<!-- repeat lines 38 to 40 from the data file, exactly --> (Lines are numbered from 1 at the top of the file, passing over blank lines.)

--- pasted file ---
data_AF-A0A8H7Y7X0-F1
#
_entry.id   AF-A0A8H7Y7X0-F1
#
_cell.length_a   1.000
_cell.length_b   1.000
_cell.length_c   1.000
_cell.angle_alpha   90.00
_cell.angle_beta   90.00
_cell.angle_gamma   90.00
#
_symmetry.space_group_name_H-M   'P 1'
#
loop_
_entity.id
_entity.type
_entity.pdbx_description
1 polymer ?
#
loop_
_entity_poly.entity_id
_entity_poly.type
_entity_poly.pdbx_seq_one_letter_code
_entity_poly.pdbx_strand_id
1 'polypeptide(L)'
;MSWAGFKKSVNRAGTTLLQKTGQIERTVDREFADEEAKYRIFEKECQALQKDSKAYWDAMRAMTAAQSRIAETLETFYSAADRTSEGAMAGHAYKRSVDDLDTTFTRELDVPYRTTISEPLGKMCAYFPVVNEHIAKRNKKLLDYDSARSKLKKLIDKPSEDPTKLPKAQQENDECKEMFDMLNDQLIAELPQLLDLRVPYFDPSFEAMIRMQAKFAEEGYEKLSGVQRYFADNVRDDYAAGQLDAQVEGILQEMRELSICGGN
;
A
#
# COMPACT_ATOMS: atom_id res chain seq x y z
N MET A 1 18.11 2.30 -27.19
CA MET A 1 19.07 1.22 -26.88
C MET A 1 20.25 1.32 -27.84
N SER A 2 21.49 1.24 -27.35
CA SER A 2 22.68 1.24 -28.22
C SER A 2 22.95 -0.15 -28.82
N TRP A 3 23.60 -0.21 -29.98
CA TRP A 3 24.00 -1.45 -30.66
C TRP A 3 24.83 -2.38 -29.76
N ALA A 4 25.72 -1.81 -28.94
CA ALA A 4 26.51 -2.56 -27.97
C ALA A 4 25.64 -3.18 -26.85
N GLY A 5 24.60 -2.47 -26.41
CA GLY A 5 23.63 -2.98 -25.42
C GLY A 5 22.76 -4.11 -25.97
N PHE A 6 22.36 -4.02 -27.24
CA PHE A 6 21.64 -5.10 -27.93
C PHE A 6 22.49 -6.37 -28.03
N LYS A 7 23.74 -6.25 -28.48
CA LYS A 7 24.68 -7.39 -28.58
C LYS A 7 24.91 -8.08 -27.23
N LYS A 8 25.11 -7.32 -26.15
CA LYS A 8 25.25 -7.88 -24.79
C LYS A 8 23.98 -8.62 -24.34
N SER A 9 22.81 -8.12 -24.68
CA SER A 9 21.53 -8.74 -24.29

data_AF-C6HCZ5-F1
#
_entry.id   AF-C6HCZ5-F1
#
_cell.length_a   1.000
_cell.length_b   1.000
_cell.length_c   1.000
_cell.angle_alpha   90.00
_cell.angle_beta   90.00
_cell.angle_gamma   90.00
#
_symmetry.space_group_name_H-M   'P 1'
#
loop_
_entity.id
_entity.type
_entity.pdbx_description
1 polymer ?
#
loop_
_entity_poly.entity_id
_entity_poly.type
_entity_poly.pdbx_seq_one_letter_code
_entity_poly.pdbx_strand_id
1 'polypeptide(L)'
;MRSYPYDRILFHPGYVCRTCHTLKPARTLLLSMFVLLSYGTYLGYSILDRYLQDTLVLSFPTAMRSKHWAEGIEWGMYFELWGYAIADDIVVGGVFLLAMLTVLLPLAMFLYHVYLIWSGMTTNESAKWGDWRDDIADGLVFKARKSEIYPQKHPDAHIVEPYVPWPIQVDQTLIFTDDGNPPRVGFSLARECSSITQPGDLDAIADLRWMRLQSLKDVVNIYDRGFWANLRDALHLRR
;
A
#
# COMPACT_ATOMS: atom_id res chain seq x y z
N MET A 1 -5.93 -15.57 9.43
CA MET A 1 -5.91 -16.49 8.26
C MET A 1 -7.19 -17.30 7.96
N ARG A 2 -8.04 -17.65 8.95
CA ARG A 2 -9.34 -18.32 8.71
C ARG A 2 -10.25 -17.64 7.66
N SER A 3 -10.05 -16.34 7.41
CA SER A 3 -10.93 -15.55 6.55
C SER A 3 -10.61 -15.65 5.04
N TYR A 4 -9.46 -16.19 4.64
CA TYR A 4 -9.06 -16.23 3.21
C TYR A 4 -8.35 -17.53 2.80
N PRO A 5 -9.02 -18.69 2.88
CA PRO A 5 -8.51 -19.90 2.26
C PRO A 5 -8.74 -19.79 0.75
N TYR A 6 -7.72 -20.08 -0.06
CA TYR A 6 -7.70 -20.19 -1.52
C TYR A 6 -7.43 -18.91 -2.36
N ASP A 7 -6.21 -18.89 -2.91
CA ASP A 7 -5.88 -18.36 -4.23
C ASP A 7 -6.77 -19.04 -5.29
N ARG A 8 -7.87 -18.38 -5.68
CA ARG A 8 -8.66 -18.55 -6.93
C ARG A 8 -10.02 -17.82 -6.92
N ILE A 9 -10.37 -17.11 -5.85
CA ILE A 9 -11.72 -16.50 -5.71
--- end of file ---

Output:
CA TRP A 3 24.00 -1.45 -30.66
C TRP A 3 24.83 -2.38 -29.76
N ALA A 4 25.72 -1.81 -28.94